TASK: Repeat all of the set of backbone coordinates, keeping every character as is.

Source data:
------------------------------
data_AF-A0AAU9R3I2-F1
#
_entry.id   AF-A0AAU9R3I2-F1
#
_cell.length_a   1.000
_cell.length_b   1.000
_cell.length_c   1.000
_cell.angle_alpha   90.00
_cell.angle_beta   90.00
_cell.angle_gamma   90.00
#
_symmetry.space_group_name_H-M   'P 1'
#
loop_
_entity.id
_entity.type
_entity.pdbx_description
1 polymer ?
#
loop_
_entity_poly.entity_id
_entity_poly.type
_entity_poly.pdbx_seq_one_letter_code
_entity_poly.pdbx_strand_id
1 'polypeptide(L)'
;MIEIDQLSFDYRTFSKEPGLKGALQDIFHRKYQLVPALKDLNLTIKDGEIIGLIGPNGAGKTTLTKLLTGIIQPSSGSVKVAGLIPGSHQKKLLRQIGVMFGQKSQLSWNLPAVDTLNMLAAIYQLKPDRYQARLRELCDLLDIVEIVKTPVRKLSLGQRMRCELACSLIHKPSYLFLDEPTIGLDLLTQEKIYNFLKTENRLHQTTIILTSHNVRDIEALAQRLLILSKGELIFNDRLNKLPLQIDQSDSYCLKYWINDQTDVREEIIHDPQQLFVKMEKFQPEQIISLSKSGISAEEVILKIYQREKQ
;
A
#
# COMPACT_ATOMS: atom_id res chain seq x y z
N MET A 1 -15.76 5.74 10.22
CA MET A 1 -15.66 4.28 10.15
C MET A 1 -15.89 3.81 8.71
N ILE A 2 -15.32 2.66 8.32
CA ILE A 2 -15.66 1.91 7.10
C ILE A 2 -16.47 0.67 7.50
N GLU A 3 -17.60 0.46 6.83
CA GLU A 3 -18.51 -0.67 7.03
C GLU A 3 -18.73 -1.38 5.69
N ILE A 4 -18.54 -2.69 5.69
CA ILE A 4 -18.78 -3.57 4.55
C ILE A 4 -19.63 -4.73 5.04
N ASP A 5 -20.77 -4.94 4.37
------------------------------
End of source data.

data_AF-A0AAU9R3I2-F1
#
_entry.id   AF-A0AAU9R3I2-F1
#
_cell.length_a   1.000
_cell.length_b   1.000
_cell.length_c   1.000
_cell.angle_alpha   90.00
_cell.angle_beta   90.00
_cell.angle_gamma   90.00
#
_symmetry.space_group_name_H-M   'P 1'
#
loop_
_entity.id
_entity.type
_entity.pdbx_description
1 polymer ?
#
loop_
_entity_poly.entity_id
_entity_poly.type
_entity_poly.pdbx_seq_one_letter_code
_entity_poly.pdbx_strand_id
1 'polypeptide(L)'
;MIEIDQLSFDYRTFSKEPGLKGALQDIFHRKYQLVPALKDLNLTIKDGEIIGLIGPNGAGKTTLTKLLTGIIQPSSGSVKVAGLIPGSHQKKLLRQIGVMFGQKSQLSWNLPAVDTLNMLAAIYQLKPDRYQARLRELCDLLDIVEIVKTPVRKLSLGQRMRCELACSLIHKPSYLFLDEPTIGLDLLTQEKIYNFLKTENRLHQTTIILTSHNVRDIEALAQRLLILSKGELIFNDRLNKLPLQIDQSDSYCLKYWINDQTDVREEIIHDPQQLFVKMEKFQPEQIISLSKSGISAEEVILKIYQREKQ
;
A
#
# COMPACT_ATOMS: atom_id res chain seq x y z
N MET A 1 -15.76 5.74 10.22
CA MET A 1 -15.66 4.28 10.15
C MET A 1 -15.89 3.81 8.71
N ILE A 2 -15.32 2.66 8.32
CA ILE A 2 -15.66 1.91 7.10
C ILE A 2 -16.47 0.67 7.50
N GLU A 3 -17.60 0.46 6.83
CA GLU A 3 -18.51 -0.67 7.03
C GLU A 3 -18.73 -1.38 5.69
N ILE A 4 -18.54 -2.69 5.69
CA ILE A 4 -18.78 -3.57 4.55
C ILE A 4 -19.63 -4.73 5.04
N ASP A 5 -20.77 -4.94 4.37